The Romeo Dallaire Child Soldiers Initiative is currently accepting applications for the 2018 Wounded Warriors Canada Veteran Trainers to Eradicate the Use of Child Soldiers (VTECS) program.
Since the program began in 2016, VTECS has offered 15 veterans every year an educational opportunity to learn more about child soldiers and at-risk youth.
The program began with a four month long online course provided through the Dalhousie University.
“What this course does is it looks at some of the parallels that exist between young people who are maybe being recruited in armed groups or non-state armed groups internationally and being used as child soldiers in a variety of different conflicts, and also the challenges we see domestically here in Canada for young people who may be recruited in to gangs or violent extremist organizations. So, it draws these parallels between international experiences that veterans may have had and what we see here on a domestic front,” said Joëlle Badman, Education Program Manager, The Roméo Dallaire Child Soldiers Initiative.
After completing this portion of the course, the veterans then come to Halifax, NS for the month of July for a residency at Dalhousie University. Here, they take another two university courses, one on children and war and the other on UN and world politics. They also complete a two week training course, from the Romeo Dallaire Child Soldiers Initiative, on the prevention of use and recruitment of child soldiers. Costs are covered for the residency in Halifax.
The program began in 2016 to support those veterans who are transitioning to civilian life or post-deployment.
“So, the idea was to create a program, an educational program, that would provide veterans with all sorts of different kinds of skills that translate into a variety of different experiences,” noted Badman.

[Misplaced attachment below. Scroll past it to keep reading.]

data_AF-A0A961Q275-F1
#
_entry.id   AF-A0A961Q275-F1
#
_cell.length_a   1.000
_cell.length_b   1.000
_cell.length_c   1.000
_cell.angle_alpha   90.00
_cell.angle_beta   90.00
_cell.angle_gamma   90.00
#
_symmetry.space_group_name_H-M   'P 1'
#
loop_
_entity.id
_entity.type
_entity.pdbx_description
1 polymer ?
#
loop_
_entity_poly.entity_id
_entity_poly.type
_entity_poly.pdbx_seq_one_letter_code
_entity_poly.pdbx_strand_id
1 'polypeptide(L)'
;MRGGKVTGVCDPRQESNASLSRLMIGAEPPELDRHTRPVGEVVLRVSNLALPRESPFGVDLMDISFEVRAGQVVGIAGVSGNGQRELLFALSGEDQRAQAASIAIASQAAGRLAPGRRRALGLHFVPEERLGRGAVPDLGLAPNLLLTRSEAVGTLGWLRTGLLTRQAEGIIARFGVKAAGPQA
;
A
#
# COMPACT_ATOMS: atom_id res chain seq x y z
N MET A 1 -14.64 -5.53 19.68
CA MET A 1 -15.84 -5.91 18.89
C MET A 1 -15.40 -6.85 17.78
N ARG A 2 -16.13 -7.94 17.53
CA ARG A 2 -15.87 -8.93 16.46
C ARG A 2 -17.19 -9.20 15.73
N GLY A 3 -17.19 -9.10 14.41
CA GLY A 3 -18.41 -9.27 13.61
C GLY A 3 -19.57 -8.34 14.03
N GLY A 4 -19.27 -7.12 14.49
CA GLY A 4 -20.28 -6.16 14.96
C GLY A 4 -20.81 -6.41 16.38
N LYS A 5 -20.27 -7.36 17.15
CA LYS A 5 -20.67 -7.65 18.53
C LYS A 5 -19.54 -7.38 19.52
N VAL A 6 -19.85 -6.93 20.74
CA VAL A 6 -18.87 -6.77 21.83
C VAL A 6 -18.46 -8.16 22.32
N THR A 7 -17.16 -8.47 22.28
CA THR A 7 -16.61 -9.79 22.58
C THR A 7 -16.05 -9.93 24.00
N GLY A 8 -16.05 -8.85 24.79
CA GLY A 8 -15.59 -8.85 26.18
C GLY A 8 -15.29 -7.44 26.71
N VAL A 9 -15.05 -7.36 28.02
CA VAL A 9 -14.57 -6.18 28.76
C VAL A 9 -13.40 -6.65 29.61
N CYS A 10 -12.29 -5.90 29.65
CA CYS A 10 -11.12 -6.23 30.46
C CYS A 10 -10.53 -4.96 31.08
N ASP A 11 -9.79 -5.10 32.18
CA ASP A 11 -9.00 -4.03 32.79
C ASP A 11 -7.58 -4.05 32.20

Although VTECS is a purely educational program, some of the program’s graduates have gone on to work for the Dallaire Initiative by providing training to various military and police forces around the world on the topic of child soldiers. This however, says Badman, is not a guarantee.
Other graduates have used their knowledge to take part in public and community engagements, advocacy, work for the Organization for Security and Cooperation in Europe and various other public awareness initiatives.
One graduate, an educator, used his knowledge to inform other educators at conferences on the topic of child soldiers and how it could come into their classroom “whether it’s through young people who have immigrated to Canada from areas of conflict who maybe have been child soldiers, but that info is not disclosed, and why it’s important for educators to know what that dynamic may be in their classroom,” commented Badman.
For the first time this year, VTECS is not only open to veterans of the Canadian Armed Forces but also veterans of any Canadian police forces, municipal, provincial or RCMP. The decision was inspired by a veteran who attended the program last year and was a veteran of both forces.
“It really illustrated to us how important it is to have that policing perspective in the program because law enforcement and the military so often work together, but also in quite distinct ways. So, having both those perspectives present, and also having the opportunity to learn from each other, is really great,” said Badman.
Aside from being a veteran of the CAF or Canadian police force, applicants must be able to complete the online course, be available in July for the residency and pass a successful criminal and venerable sector check.
After submitting an application, veterans can expect to hear back within 20 business days.
Click here to apply online for the VTECS program before Jan. 10